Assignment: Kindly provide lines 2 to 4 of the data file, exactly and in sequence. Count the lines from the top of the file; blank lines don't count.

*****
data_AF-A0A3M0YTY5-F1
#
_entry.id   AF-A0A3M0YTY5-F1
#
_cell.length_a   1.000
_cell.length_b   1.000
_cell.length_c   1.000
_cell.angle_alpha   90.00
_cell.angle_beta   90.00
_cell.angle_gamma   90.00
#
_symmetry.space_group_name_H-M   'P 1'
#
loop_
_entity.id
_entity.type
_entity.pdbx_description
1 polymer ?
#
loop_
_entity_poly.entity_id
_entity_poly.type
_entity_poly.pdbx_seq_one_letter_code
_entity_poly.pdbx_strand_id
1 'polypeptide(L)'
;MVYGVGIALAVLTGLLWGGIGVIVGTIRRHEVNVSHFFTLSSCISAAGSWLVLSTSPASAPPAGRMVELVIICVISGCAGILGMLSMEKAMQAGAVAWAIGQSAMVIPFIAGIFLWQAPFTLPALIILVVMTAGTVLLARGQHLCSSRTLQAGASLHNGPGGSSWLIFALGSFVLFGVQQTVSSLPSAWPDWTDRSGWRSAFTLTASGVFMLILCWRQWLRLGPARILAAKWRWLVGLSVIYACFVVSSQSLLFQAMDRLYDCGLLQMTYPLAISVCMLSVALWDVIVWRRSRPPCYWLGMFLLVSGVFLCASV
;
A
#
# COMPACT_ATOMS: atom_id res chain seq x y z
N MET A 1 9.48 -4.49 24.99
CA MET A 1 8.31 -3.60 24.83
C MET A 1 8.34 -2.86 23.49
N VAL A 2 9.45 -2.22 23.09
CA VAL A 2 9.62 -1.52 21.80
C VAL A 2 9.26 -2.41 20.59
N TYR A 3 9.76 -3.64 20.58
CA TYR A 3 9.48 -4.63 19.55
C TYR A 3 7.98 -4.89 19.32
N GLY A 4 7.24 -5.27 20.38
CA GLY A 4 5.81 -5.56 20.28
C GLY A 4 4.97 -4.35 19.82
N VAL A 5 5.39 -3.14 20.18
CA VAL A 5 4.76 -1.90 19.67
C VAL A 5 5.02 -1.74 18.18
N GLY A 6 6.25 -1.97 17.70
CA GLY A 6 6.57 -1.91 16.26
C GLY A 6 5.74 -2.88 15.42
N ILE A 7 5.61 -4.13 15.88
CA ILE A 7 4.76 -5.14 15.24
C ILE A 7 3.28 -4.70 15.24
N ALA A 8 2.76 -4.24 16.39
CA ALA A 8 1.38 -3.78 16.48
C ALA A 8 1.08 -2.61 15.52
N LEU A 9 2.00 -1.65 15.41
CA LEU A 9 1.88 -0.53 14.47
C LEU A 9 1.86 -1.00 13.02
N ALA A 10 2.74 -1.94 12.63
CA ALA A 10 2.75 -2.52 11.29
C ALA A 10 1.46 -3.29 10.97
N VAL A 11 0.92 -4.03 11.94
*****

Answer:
#
_entry.id   AF-A0A3M0YTY5-F1
#